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Dear Colleague Letter: FY 2017 Innovations at the Nexus of Food, Energy and Water Systems (INFEWS) Funding Opportunity on Nitrogen, Phosphorus, and Water
October 7, 2016
In 2010, NSF established the Science, Engineering, and Education for Sustainability (SEES)1 investment area to lay the research foundation for decision capabilities and technologies aimed at mitigating and adapting to environmental changes that threaten sustainability. Some SEES investments advanced a systems-based approach to understanding, predicting, and reacting to stress upon, and changes in, the linked natural, social, and built environments. In this context, the importance of understanding the interconnected and interdependent systems involving food, energy, and water (FEW) has emerged. In 2015, NSF Issued a Dear Colleague Letter (DCL): SEES: Interactions of Food Systems with Water and Energy Systems2 to accelerate fundamental understanding and stimulate basic research on the connections and interdependencies among these three systems.
Through this Dear Colleague Letter (DCL), issued by the Divisions of Chemistry (CHE) and Materials Research (DMR) in the Directorate for Mathematical and Physical Sciences and the Division of Chemical, Bioengineering, Environmental and Transport Systems (CBET) in the Directorate for Engineering, the NSF aims to specifically focus on advancing knowledge of the nitrogen and phosphorus cycles; the production and use of fertilizers for food production; and the detection, separation, and reclamation/recycling of nitrogen- and phosphorus-containing species in and from complex aqueous environments.
Humanity is reliant upon the physical resources and natural systems of the Earth for the provision of food, energy, and water. It is becoming imperative that we determine how society can best integrate across the natural and built environments to provide for a growing demand for food, water and energy while maintaining appropriate ecosystem services. Factors contributing to stresses in the food, energy, and water systems include increasing regional, social, and political pressures as result of land use change, climate variability, and heterogeneous resource distribution. These interconnections and interdependencies associated with the food, energy and water nexus create research grand challenges in understanding how the complex, coupled processes of society and the environment function now, and in the future. There is a critical need for research that enables new means of adapting to future challenges. The FEW systems must be defined broadly, incorporating physical processes (such as built infrastructure and new technologies for more efficient resource utilization), natural processes (such as biogeochemical and hydrologic cycles), biological processes (such as agroecosystem structure and productivity), social/behavioral processes (such as decision making and governance), and cyber elements. Investigations of these complex systems may produce discoveries that cannot emerge from research on food or energy or water systems alone. It is the synergy among these components, in the context of sustainability that will open innovative science and engineering pathways to produce new knowledge and novel technologies to solve the challenges of scarcity and variability. This DCL, which is part of the Innovation at the Nexus of Food, Energy, and Water Systems (INFEWS) portfolio,3 addresses emerging science, technology, and engineering relevant to food, energy and water systems.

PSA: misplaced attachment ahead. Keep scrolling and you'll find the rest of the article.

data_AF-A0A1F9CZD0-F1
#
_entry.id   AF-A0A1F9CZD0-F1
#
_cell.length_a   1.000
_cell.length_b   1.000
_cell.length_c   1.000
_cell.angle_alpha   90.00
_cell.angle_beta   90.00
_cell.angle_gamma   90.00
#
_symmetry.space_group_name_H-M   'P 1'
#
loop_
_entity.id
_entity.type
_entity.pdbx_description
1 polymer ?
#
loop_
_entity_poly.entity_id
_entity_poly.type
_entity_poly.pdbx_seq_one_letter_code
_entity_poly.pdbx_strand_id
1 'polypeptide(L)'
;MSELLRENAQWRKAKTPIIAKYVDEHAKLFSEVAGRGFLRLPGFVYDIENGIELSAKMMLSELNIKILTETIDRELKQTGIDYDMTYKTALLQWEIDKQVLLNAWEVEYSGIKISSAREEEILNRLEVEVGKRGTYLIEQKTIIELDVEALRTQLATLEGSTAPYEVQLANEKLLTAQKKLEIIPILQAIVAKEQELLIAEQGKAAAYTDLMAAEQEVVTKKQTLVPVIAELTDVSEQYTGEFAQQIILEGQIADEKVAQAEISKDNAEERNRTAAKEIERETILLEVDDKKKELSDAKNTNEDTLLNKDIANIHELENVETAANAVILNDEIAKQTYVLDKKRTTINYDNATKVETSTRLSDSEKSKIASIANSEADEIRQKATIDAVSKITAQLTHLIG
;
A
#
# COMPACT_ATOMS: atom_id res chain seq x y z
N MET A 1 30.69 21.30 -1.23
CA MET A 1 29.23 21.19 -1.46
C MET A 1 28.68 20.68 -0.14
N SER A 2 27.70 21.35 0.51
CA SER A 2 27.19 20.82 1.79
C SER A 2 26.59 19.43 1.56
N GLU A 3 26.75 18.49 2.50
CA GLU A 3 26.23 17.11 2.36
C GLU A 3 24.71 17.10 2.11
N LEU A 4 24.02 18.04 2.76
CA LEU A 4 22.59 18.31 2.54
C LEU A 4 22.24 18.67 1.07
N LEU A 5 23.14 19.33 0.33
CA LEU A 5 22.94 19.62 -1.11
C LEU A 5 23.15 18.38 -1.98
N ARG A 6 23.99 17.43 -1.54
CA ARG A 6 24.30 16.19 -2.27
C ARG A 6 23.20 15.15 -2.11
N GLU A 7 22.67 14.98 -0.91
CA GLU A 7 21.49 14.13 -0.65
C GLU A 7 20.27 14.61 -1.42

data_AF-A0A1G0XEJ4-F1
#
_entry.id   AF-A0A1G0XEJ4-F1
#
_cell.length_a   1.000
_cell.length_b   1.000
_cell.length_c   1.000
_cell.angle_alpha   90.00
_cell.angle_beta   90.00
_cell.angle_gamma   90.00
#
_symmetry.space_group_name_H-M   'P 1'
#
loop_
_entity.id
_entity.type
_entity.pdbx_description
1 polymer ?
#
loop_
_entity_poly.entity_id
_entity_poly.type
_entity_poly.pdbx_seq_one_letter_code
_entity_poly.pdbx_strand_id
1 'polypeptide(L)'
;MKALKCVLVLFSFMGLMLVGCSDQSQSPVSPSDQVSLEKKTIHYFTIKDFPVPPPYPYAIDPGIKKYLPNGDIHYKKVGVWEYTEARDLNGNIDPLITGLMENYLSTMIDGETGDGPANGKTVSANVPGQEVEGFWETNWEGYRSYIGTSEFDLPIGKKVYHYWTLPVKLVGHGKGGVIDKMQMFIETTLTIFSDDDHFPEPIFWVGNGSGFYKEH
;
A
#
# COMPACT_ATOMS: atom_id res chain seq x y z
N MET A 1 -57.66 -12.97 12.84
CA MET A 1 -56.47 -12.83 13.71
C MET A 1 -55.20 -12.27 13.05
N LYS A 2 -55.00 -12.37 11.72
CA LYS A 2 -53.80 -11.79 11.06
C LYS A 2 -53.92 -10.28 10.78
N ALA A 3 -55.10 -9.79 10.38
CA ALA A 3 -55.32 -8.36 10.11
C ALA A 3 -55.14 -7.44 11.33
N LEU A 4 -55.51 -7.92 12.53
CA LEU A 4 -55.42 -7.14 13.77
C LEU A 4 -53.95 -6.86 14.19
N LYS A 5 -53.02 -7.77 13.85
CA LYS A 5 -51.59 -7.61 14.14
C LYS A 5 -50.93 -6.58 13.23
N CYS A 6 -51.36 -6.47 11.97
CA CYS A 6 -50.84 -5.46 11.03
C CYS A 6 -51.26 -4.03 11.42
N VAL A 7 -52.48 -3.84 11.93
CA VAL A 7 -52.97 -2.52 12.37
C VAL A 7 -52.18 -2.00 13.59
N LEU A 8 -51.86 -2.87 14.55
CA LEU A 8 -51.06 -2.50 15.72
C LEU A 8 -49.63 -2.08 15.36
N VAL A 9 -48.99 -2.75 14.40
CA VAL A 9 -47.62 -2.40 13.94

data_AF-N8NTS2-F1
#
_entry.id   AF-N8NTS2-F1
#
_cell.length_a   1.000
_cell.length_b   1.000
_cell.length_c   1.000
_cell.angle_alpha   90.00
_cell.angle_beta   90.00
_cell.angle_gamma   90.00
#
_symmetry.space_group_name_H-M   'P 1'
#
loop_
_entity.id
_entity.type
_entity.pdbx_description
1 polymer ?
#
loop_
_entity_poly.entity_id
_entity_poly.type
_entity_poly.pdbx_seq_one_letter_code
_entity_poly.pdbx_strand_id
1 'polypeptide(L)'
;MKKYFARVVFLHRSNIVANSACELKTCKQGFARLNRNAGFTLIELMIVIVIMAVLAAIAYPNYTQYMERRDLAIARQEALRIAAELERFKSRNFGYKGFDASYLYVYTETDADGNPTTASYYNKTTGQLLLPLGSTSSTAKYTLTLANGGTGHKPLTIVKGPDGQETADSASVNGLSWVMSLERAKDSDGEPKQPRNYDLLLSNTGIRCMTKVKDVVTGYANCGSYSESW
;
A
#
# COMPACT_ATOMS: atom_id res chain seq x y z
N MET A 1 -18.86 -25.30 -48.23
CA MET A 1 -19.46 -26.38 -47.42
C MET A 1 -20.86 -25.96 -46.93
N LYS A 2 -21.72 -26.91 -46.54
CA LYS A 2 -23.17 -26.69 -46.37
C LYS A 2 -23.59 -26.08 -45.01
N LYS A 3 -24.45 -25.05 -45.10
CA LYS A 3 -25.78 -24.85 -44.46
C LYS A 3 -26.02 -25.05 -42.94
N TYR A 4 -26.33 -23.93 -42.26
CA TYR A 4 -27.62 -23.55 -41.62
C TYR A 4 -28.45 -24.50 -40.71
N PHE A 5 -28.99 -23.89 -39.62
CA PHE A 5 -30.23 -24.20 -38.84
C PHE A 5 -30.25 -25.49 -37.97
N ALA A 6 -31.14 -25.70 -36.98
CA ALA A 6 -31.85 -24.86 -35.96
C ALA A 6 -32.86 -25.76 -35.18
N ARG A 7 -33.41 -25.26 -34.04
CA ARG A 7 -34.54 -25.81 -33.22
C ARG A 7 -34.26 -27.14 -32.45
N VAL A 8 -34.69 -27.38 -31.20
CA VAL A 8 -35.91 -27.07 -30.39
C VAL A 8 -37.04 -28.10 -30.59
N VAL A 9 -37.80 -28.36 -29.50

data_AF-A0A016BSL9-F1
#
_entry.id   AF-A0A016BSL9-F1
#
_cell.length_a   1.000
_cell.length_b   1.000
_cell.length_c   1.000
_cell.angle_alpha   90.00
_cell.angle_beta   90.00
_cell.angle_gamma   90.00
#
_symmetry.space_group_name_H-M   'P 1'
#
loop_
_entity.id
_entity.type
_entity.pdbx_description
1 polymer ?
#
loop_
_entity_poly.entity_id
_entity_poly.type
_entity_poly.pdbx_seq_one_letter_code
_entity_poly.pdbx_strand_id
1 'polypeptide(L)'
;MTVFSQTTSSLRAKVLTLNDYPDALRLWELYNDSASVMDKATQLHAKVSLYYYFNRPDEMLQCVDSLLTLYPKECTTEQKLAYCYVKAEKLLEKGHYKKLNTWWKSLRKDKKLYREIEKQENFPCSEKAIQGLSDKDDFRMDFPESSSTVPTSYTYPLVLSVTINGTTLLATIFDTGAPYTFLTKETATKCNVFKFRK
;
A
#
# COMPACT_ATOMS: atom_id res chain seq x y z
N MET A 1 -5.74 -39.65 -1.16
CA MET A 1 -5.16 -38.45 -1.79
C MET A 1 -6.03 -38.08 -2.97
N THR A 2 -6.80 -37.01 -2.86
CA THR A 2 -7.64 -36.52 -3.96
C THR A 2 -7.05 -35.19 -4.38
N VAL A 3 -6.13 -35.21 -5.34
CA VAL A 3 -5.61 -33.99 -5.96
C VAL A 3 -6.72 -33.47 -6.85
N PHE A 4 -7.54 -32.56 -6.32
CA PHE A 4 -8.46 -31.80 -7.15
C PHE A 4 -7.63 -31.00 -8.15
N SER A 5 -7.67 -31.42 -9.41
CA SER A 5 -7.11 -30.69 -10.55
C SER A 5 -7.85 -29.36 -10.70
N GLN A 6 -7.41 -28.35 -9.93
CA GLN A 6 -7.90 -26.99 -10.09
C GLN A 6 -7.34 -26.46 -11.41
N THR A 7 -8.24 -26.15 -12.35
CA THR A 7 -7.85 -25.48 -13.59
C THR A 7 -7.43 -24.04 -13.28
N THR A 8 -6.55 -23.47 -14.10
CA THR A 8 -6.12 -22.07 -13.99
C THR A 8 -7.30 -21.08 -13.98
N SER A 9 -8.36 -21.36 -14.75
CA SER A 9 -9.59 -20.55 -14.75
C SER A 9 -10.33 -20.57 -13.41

The availability of nitrogen, phosphorus, and water are the three main factors that limit our ability to produce enough food to feed the growing population of the planet. Thenitrogen cycle is one of the most significant biogeochemical cycles on Earth, as nitrogen is an essential nutrient for all forms of life. Although freely available in the atmosphere as dinitrogen, access to fixed forms of nitrogen constitutes, in many cases, the most limiting factor for plant growth. The industrial production of ammonia for fertilizers via the current Haber-Bosch process is an energy intensive process that consumes 1-2% of the world's annual energy supply. For these reasons, the need for advanced catalytic methods for the reduction of dinitrogen to ammonia remains a requirement for sustainability in the food, energy and water systems cycle.